## Year 1 Creative Projects (introduction to creative practice)

This course is intended as an introduction to practical creative projects.

You work in groups to conceive, develop and produce finished practical software projects in creative computing, making the fullest possible use of your creative and coding skills at level 1. Each project is uniquely specified to allow students the fullest possible creative choice, and projects are mentored by course leaders and professionals to ensure that they are at the appropriate level, and to provide students with specific programming and practical suggestions where required. All student projects must feature the creative use of digital media technologies through applied programming.

In addition to allowing students to develop their skills in a chosen area of interest, this unit encourages students to make coherent judgments regarding the application of their computing skills as they develop and reinforce their technical knowledge through creative projects.

Some of the skills you will be expected to learn and use are covered in the following online resources. You will have come across these in ‘Introduction to Digital Media’.

Week 1 : Visual Art and representation

Notes : Art and Visual Perception (see below for more references on these topics)

Week 2 : Video Processing

Notes : Cut-up and collage

Exercise - here’s the basic VJ max patch we made

Week 3 : Drawing Systems 1

Notes : Get the presentation

Introduction to PI- Drawing Circles

Drawing Cubes

Euclidean Geometery

Week 4 : Drawing Systems 2

Here’s a copy of the presentation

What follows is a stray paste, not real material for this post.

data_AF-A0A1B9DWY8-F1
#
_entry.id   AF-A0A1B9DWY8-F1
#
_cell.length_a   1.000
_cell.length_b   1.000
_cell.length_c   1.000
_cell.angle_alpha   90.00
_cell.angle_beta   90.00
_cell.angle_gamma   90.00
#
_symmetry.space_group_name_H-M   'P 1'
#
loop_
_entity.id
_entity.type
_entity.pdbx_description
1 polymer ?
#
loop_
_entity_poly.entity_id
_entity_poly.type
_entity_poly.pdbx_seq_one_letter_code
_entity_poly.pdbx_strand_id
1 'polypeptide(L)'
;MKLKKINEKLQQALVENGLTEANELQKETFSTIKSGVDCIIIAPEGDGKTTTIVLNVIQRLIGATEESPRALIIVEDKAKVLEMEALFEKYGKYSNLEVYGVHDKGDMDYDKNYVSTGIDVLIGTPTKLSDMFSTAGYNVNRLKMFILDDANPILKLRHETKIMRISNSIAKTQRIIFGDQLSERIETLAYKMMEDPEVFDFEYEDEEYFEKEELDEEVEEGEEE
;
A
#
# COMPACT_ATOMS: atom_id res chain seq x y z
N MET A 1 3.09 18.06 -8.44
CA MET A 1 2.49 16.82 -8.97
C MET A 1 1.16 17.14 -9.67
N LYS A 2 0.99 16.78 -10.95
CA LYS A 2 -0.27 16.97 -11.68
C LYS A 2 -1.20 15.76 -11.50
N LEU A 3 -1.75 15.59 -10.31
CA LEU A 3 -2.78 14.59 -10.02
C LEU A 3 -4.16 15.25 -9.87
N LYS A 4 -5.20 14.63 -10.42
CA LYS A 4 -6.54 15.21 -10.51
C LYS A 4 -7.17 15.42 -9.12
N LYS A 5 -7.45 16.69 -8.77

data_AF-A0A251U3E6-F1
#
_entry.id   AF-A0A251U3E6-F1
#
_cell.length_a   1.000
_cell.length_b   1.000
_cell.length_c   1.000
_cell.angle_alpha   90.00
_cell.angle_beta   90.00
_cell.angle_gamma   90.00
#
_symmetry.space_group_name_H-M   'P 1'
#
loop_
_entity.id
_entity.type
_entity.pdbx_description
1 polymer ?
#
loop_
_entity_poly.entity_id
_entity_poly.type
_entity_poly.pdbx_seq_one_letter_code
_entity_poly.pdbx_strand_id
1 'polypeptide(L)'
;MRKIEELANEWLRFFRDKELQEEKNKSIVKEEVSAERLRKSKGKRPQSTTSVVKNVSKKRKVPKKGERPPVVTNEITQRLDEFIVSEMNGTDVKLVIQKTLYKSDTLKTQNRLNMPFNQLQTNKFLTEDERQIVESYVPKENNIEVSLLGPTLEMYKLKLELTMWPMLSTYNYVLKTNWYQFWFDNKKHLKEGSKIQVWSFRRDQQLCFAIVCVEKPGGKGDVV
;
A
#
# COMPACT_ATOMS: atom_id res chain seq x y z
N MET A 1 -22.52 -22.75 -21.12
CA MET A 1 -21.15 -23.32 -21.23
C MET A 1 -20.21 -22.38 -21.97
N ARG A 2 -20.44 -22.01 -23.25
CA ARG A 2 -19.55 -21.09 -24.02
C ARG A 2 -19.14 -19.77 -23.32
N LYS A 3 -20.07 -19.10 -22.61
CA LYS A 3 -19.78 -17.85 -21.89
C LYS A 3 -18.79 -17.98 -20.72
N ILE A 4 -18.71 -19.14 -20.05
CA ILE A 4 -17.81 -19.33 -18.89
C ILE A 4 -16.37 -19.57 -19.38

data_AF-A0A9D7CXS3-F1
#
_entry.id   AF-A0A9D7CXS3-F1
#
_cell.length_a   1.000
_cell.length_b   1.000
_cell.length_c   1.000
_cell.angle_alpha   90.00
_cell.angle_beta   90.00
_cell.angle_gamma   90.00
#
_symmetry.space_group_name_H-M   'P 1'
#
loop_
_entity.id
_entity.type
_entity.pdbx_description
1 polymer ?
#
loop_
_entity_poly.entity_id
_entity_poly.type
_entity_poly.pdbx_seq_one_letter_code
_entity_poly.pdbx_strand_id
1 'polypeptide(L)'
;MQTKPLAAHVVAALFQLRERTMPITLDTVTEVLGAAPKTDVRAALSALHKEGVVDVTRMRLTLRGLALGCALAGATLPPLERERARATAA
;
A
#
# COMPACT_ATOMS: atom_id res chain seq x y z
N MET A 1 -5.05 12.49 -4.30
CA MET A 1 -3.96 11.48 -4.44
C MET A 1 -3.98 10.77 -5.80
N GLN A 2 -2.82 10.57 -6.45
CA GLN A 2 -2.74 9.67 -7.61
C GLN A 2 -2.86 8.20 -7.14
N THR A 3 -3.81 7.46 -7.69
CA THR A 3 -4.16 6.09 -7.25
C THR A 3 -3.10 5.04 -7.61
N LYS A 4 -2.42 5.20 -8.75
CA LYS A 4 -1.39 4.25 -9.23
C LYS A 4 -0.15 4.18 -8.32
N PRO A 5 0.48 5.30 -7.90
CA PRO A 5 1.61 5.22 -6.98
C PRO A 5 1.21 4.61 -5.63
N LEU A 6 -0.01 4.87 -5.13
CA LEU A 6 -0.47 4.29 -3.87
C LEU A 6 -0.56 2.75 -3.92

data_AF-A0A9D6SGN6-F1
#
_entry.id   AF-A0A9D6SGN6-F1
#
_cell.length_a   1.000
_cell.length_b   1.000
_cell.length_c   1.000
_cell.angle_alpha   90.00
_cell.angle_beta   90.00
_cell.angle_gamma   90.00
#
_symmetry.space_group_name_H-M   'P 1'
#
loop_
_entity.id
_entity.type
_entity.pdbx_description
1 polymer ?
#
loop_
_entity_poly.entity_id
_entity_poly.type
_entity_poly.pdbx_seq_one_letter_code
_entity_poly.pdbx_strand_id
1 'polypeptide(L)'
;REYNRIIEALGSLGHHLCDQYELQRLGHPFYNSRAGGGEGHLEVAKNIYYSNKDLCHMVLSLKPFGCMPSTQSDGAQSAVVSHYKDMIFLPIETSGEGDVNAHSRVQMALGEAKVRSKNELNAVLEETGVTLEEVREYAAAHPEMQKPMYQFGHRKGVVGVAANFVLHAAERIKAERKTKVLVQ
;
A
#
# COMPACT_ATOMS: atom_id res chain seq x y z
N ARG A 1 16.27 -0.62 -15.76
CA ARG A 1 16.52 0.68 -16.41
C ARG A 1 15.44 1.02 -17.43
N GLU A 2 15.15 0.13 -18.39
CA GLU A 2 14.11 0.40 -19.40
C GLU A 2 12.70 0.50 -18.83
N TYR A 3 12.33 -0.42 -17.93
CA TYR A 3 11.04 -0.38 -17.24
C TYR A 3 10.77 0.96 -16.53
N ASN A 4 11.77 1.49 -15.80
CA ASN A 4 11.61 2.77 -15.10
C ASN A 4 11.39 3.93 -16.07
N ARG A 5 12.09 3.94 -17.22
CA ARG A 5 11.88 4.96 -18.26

Here’s the exercise

After we’ve done the exercise, you might want to take a closer look at this and this.

I should point out that in the code, we are checking to see if the square root of the output is greater than 2.

When we did the exercise in class, we just checked if the output was over 4, as it’s the same thing without the square root! This is a useful optimisation, and is present in the second code example, along with a few other tricks to make the process a bit faster.

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Processing : processing.org/

Daniel Shiffman :

natureofcode.com/

Processing Workbook : Creative Computing Vol1.

Design Basics : gdbasics.com

Introduction to Javascript for sound and animation :

doc.gold.ac.uk/~mus02mg/HTML5/

www.html5rocks.com/

Web Audio API Examples :

Introduction to Phonegap.

JQuery Mobile : jquerymobile.com/

Introduction to jQuery

doc.gold.ac.uk/~mus02mg/jquery.pdf

doc.gold.ac.uk/~mus02mg/jqueryexamples.zip

jqueryui.com/

Wireframes :

mashable.com/2010/07/15/wireframing-tools/

A wireframe is a mock up of your project – a visual plan with indications of what will happen. It need not be complex and can even be hand drawn. It must, however, be clear.

Assessment

Joshua Noble, “Programming Interactivity: A Designer’s Guide to Processing, Arduino, and openFrameworks”, O’Reilly Media, 2009

Art & Physics: Parallel Visions in Space, Time, and Light (P.S.) Leonard Shlain

Design, Form, and Chaos

Mr. Paul Rand

Visual display of quantative information
Edward Tufte

Chapter Zero: Fundamental Notions of Abstract Mathematics (2nd Edition)
Carol Schumacher

The Psychology of Computer Programming: Silver Anniversary Edition
Gerald M. Weinberg

Phantoms in the Brain: Probing the Mysteries of the Human Mind
V. S. Ramachandran, Sandra Blakeslee

Dynamics: The Geometry of Behavior (Studies in Nonlinearity)
Ralph Abraham, Christopher D. Shaw

Andy Hunt, Ross Kirk, Richard Orton, Benji Merrison, “A generic model for compositional approaches to audiovisual media”, Cambridge Journals, 1998

Rodrigo F. Cádiz, “Fuzzy logic in the arts: applications in audiovisual composition and sound synthesis”, NAFIPS, 2005

Michael Faulkner/D-FUSE, “vj audio-visual art + vj culture”, Laurence King Publishing Ltd, 2006

Mick Grierson, “Audiovisual composition”, into the pill, 2007

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